In this example we will draw a simple 3D primitive, add it to the plot, and display the result.

To draw the triangle we will use the mesh() method from the k3d module. This method creates a Mesh object, which can be added to a K3D Plot.

In [ ]:
import k3d
plot = k3d.plot()

vertices = [[0, 0, 0], [0, 0, 1], [1, 0, 0]]
indices = [[0, 1, 2]]

mesh = k3d.mesh(vertices, indices)

plot += mesh

plot.display()


Expected result: The arguments we passed to the mesh() function are a vertex array (a list or NumPy's ndarray is OK) which is composed of $(x, y, z)$ coordinates and an array of index triplets (ints). Each triplet refers to the vertex array, defining one triangle.

We can of course add objects directly to the plot, without creating variables:

In [ ]:
plot += k3d.mesh([0, 1, 1,
1, 1, 0,
1, 1, 1,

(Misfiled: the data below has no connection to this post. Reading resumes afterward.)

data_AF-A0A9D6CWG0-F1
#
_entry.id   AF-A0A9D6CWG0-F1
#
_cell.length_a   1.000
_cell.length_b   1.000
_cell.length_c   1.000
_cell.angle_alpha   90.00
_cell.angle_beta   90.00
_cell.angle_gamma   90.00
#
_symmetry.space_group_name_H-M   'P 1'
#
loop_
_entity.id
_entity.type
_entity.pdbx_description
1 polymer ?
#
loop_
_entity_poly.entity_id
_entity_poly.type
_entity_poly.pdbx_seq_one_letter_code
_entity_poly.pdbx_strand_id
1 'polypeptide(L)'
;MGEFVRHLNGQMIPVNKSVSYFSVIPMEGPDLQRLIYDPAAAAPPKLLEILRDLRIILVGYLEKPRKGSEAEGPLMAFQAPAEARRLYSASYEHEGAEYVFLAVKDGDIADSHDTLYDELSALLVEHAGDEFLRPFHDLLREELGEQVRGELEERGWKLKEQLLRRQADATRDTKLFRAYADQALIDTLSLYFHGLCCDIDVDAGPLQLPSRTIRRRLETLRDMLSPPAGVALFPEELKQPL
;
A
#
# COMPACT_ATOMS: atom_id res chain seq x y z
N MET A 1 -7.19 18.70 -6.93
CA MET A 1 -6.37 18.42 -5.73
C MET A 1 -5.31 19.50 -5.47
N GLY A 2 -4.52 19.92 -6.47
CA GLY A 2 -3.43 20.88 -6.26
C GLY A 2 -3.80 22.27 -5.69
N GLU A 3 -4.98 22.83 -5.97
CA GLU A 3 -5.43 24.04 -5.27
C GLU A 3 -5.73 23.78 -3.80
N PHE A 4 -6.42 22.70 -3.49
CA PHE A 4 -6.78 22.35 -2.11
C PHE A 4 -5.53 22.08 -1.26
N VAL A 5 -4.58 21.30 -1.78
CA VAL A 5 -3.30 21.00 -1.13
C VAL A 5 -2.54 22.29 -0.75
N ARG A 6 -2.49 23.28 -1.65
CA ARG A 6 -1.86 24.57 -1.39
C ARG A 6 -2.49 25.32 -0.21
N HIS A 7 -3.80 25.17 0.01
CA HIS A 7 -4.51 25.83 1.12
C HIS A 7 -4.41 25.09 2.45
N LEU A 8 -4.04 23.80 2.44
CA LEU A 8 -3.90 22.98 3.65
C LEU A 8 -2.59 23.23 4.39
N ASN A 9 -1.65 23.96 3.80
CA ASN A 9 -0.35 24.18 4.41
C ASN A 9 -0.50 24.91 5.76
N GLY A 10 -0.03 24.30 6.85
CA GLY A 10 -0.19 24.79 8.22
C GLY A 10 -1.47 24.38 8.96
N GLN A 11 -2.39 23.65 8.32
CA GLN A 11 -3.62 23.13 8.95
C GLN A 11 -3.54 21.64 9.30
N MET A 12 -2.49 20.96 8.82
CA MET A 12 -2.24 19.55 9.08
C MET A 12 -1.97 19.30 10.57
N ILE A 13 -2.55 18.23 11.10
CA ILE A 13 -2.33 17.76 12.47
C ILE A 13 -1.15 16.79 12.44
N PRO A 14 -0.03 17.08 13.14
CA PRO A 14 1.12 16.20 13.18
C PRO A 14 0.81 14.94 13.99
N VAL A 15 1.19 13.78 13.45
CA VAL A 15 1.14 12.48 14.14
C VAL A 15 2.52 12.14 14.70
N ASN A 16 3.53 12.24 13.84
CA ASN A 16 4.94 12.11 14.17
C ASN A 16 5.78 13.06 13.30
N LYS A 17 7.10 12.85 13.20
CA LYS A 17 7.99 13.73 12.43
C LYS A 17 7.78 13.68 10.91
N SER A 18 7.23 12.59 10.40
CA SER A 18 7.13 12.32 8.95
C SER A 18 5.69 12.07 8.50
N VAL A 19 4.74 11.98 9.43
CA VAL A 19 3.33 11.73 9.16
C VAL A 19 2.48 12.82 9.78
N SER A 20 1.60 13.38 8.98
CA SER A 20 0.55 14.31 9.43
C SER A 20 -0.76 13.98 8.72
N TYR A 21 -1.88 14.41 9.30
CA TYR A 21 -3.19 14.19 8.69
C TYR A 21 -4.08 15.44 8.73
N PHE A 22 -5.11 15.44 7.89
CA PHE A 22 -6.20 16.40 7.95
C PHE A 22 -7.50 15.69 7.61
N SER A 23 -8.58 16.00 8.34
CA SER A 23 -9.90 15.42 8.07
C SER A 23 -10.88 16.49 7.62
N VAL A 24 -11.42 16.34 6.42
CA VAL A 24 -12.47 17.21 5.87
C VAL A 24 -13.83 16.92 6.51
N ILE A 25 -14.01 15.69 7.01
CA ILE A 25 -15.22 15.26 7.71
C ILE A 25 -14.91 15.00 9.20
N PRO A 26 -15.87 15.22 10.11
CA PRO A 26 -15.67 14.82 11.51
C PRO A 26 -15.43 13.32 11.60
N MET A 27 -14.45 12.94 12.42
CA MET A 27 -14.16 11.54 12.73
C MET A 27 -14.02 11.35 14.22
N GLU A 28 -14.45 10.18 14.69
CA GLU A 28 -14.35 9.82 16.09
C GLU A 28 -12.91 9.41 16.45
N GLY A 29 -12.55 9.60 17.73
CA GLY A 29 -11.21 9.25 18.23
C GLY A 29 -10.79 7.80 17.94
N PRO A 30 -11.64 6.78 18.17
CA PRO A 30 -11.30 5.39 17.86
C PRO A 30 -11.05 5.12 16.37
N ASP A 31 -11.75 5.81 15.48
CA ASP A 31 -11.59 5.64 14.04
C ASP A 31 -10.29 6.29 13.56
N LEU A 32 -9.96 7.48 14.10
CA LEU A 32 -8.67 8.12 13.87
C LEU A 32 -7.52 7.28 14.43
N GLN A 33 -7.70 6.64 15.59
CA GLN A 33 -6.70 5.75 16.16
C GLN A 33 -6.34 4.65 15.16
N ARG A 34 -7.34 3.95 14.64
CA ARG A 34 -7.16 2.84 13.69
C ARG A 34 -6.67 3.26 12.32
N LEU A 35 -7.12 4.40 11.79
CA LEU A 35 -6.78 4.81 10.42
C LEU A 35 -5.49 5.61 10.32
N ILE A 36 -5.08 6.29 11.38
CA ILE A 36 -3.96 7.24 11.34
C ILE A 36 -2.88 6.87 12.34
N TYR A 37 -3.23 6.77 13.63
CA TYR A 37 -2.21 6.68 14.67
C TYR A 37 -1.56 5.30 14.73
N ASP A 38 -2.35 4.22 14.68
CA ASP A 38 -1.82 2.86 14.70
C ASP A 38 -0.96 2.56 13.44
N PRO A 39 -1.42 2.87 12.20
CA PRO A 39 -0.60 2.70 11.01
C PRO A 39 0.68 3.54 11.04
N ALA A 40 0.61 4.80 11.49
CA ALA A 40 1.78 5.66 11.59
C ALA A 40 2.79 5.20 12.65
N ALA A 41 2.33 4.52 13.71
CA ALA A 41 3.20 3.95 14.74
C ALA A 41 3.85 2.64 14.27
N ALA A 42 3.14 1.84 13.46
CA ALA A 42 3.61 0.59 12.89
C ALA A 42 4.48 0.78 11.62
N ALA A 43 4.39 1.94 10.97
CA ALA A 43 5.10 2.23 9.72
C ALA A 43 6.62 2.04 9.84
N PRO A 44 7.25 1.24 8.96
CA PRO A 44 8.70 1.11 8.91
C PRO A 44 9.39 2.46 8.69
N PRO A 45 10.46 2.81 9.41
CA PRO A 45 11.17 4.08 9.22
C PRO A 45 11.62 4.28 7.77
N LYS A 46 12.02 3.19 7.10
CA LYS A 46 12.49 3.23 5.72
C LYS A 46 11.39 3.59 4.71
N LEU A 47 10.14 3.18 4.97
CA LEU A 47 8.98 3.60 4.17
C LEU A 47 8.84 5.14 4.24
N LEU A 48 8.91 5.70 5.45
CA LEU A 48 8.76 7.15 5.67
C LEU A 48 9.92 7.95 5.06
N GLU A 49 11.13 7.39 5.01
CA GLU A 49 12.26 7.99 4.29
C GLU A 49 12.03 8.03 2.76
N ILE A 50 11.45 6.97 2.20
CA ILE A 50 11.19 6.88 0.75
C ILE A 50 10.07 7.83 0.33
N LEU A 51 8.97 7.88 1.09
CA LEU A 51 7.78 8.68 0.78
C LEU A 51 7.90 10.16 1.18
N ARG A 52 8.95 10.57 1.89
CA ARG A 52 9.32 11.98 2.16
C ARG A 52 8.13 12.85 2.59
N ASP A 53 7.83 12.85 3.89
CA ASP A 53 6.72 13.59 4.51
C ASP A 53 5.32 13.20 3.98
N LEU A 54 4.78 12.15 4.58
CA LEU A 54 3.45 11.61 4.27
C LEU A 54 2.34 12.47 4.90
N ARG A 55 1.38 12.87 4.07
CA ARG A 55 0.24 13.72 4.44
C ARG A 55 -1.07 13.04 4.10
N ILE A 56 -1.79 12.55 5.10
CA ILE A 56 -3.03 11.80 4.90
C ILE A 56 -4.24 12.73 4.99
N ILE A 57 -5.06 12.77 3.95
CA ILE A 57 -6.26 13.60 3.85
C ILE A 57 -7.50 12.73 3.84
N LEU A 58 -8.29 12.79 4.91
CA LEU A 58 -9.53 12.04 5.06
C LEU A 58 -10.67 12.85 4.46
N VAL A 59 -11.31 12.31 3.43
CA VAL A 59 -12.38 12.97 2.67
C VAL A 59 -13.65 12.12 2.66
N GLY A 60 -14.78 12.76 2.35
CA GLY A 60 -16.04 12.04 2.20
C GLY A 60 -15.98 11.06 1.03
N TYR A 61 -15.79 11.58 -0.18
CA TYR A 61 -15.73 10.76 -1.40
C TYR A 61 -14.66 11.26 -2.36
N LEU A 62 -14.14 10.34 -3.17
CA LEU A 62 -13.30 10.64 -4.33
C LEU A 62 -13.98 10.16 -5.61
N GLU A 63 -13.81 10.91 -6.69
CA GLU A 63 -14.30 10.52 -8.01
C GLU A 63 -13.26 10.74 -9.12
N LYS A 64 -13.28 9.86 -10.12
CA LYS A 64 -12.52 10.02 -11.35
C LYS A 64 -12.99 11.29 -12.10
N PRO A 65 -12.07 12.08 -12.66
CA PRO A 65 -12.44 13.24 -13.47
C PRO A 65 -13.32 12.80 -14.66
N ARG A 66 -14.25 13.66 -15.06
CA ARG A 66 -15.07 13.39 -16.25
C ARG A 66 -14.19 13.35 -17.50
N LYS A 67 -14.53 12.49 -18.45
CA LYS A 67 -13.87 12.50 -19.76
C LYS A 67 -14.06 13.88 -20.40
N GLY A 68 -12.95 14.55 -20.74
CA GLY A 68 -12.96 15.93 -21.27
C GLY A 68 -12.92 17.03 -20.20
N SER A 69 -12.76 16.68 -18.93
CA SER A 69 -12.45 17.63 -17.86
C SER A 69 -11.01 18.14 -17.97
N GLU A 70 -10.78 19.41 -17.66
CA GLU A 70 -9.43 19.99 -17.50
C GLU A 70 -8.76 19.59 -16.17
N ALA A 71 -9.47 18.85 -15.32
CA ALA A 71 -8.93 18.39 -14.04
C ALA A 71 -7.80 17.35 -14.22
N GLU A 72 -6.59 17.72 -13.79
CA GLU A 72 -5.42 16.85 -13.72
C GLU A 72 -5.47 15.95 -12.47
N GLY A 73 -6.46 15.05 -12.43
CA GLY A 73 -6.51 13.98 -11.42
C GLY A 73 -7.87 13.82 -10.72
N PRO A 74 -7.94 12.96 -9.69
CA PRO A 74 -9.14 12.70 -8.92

1, 1, 1,
1, 2, 2,
2, 1, 1], [0, 1, 2, 3, 4, 5], color=0x00ff00)

plot


Expected result: This is a plot of two meshes. Please note -- in the second case we didn't nest the triplets - the numbers run continuously in a flat list. We also used an optional argument, color to specify the color of the second object. K3D objects have many attributes, which we can find out about from the docstrings and from other examples, dedicated to the specific object type.

Back to the main topic. The plot keeps track of the objects that it contains:

In [ ]:
len(plot.objects)


We have 2 displays of the plot in the notebook, associated with 2 different cell outputs. However, they are the same plot - you should see the same scene (3 triangles) on both of them. Each view of the plot can be adjusted separately using the mouse.

When the plot becomes too cluttered with objects, we may want to remove some of them. This is easily done with the -= operator. This is the place, where having named our objects beforehand comes in handy:

In [ ]:
plot -= mesh
plot


Expected result: Having variables is also convenient when we want to modify the objects already shown. This will be demonstrated in another example.

In [ ]: